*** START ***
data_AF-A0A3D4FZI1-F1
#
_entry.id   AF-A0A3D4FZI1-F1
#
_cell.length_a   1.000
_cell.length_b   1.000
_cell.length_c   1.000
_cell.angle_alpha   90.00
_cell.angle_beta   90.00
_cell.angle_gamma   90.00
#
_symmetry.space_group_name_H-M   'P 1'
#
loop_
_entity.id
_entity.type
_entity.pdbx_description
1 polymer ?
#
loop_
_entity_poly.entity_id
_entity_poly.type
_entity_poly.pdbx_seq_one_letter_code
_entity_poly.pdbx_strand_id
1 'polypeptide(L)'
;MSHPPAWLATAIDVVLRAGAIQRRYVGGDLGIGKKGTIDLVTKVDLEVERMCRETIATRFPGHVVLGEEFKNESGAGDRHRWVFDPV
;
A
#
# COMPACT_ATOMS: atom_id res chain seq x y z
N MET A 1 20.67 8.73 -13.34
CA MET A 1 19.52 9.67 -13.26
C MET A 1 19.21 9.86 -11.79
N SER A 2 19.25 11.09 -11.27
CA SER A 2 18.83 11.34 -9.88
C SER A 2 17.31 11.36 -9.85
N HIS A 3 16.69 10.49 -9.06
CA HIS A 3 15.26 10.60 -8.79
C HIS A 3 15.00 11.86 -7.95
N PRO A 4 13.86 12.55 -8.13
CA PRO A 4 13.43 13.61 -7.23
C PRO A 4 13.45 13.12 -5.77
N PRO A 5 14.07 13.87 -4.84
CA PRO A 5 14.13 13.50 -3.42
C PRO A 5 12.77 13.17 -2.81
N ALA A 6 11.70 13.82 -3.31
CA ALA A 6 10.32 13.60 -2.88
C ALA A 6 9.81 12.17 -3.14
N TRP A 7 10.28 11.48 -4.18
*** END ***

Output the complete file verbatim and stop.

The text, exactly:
data_AF-A0A3D4FZI1-F1
#
_entry.id   AF-A0A3D4FZI1-F1
#
_cell.length_a   1.000
_cell.length_b   1.000
_cell.length_c   1.000
_cell.angle_alpha   90.00
_cell.angle_beta   90.00
_cell.angle_gamma   90.00
#
_symmetry.space_group_name_H-M   'P 1'
#
loop_
_entity.id
_entity.type
_entity.pdbx_description
1 polymer ?
#
loop_
_entity_poly.entity_id
_entity_poly.type
_entity_poly.pdbx_seq_one_letter_code
_entity_poly.pdbx_strand_id
1 'polypeptide(L)'
;MSHPPAWLATAIDVVLRAGAIQRRYVGGDLGIGKKGTIDLVTKVDLEVERMCRETIATRFPGHVVLGEEFKNESGAGDRHRWVFDPV
;
A
#
# COMPACT_ATOMS: atom_id res chain seq x y z
N MET A 1 20.67 8.73 -13.34
CA MET A 1 19.52 9.67 -13.26
C MET A 1 19.21 9.86 -11.79
N SER A 2 19.25 11.09 -11.27
CA SER A 2 18.83 11.34 -9.88
C SER A 2 17.31 11.36 -9.85
N HIS A 3 16.69 10.49 -9.06
CA HIS A 3 15.26 10.60 -8.79
C HIS A 3 15.00 11.86 -7.95
N PRO A 4 13.86 12.55 -8.13
CA PRO A 4 13.43 13.61 -7.23
C PRO A 4 13.45 13.12 -5.77
N PRO A 5 14.07 13.87 -4.84
CA PRO A 5 14.13 13.50 -3.42
C PRO A 5 12.77 13.17 -2.81
N ALA A 6 11.70 13.82 -3.31
CA ALA A 6 10.32 13.60 -2.88
C ALA A 6 9.81 12.17 -3.14
N TRP A 7 10.28 11.48 -4.18